I can’t stress enough how much this app has changed my mornings. The first night I used it (the night in the story above) I couldn’t believe how awake I felt at 6am. I looked out the window, at the dark street with barely anybody on it and I literally sprung out of bed.
A couple of weeks ago I decided to go back to using a regular alarm clock for one night, just to see if Sleep Cycle was still having a positive impact. I couldn’t have felt worst if I’d tried, waking up at 6am to a ‘regular’ alarm clock attacking my ear with sound. Seriously, get it ($0.99).
Strike the Half Military Crawl Position
Known as the half military crawl position, I use this method if I need to get to sleep ASAP.
In Tim’s own words… “Lie on your chest with your head on a pillow and turned to the right. Both arms should be straight by your sides, palms down. Now bring your right arm up until the top of your right elbow is bent at 90 degrees and your hand is close to your head (alternatively place your right hand under the pillow under your head). Next bring your right knee out to that side until it is bent at approximately 90 degrees”.
The reason this position works so well is simple: you can’t move. To toss and turn from this position you have to first lift your entire body off the bed. The less you move, the quicker you get to sleep.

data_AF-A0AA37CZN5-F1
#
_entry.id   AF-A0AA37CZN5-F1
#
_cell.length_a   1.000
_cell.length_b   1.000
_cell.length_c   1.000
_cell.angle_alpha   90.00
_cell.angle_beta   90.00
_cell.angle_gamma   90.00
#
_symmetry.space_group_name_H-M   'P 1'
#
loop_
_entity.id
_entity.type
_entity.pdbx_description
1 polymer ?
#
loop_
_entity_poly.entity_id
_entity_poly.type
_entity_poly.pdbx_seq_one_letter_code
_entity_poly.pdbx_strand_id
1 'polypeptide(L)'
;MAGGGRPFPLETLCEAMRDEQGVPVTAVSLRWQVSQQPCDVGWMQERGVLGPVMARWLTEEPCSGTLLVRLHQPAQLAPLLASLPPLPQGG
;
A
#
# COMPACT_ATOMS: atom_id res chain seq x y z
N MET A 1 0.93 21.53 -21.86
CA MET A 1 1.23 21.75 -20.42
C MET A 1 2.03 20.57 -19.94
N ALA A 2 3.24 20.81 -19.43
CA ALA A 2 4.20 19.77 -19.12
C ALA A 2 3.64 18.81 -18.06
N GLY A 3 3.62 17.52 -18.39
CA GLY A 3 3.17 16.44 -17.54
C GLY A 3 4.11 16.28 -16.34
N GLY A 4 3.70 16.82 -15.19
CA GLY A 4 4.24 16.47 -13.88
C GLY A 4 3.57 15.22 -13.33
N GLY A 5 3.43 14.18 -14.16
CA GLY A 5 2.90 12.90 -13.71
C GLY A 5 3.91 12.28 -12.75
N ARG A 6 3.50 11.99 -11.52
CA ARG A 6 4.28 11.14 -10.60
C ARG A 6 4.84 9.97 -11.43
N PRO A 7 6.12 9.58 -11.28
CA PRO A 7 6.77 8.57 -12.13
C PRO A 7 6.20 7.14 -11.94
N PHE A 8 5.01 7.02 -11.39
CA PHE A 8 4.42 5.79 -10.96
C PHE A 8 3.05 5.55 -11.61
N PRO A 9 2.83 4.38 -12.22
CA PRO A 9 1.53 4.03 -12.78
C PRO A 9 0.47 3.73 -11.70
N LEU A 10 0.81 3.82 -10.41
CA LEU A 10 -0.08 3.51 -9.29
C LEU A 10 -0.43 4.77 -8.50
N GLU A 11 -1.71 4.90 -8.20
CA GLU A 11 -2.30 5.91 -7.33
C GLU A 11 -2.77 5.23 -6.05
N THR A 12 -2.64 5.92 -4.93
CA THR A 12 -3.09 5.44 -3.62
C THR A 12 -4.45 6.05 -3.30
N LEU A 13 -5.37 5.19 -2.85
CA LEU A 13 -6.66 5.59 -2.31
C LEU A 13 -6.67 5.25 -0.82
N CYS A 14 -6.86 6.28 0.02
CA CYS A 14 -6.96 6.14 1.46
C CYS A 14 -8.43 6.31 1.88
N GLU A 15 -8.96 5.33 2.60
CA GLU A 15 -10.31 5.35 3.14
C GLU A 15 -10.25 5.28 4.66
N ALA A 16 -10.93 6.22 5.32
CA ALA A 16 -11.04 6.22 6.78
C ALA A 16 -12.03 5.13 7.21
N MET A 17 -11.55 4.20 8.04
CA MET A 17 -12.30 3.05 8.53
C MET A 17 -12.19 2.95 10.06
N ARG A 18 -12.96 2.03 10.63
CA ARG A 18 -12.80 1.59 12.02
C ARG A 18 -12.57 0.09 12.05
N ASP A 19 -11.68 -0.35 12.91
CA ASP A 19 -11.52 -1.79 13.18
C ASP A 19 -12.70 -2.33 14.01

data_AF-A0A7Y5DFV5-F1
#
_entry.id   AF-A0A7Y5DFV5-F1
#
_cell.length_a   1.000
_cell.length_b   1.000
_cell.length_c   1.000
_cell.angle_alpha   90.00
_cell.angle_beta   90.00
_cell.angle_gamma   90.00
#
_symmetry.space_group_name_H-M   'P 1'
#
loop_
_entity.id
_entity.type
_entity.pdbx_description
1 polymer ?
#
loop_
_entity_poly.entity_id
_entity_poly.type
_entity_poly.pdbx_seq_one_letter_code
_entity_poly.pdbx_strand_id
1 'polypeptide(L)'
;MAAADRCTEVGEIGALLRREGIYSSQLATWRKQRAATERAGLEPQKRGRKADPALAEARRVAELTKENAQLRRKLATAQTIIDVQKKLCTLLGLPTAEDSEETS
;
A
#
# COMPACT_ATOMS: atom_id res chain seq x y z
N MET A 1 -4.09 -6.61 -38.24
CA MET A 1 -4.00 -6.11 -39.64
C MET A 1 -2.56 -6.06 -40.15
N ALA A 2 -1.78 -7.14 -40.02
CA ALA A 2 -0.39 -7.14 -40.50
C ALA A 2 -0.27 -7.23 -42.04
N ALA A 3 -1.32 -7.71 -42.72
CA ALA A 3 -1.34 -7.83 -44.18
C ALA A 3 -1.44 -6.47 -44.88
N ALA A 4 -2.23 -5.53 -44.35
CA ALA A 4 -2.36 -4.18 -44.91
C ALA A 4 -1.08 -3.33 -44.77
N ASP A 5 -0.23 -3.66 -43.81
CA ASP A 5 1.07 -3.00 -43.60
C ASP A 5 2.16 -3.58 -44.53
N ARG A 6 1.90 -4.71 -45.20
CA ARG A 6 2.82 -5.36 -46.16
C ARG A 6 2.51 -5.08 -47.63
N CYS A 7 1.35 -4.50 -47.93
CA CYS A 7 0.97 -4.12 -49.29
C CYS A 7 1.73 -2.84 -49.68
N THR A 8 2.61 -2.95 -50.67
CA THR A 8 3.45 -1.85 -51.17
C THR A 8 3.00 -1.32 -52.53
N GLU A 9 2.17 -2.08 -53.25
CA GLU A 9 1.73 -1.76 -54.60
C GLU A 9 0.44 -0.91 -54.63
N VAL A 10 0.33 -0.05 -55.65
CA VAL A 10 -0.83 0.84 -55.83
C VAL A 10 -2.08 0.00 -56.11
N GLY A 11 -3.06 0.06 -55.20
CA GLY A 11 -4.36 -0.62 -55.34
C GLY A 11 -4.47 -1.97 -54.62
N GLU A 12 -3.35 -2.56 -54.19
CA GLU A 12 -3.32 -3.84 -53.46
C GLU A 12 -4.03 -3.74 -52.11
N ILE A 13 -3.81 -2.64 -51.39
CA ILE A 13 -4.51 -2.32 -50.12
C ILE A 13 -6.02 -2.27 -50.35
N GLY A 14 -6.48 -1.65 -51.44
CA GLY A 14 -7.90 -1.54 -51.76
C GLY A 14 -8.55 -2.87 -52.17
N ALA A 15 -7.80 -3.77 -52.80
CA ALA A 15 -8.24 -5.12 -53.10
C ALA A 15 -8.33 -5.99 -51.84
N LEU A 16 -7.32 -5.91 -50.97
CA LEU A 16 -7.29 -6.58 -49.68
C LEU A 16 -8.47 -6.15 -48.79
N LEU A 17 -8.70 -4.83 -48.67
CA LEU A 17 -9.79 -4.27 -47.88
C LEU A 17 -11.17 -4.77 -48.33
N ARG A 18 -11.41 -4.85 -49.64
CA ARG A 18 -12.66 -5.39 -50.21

After two nights of rising at 6am, I knew I already had my winner. Sleeping 12am-1am to 6am was ten times more fulfilling than sleeping 5am-10am. When I get up at this time I can do anything I want, often opting to write something (more and more of my blog posts are being written at this time of day), start work on my business, or even watch an episode or two of House to start the day.
I don’t know if it was the change in alarm clock, sleeping position, simply the time of day or a combination of all three, but walking up at 6am (okay, okay, 6-6.30am) has been a complete success. It’s what I do now. I am an early riser. Goodbye my night owl past, you will be missed.
I also experimented with consuming several foods, outlined in the 4HB, before bed in a bid to increase the quality of my sleep.
If you regularly feel very tired in the mornings (despite a decent nights sleep) this is probably due to low blood sugar.
To experiment in combating this I took two tablespoons of organic almond butter every night for three weeks, as well as two Flaxseed oil capsules (2x 1000mg), both of which are designed to increase the rate of cell repair during sleep, decreasing fatigue in the morning.
It worked, for sure, I just don’t believe it bought enough of a benefit for me to continue with. I’ve kept up the flaxseed oil however, as I’ve discovered one capsule in the morning is a very good way to settle your stomach.
###Share on Facebook Tweet
|I believe there are certain stigmas attached to asking for help. Learn how to overcome them in my new, free book: http://benjaminspall.com/book/|
If you made it to the end of this post may also enjoy the following:
Posted March 28, 2011 — Subscribe to keep up to date with my latest posts.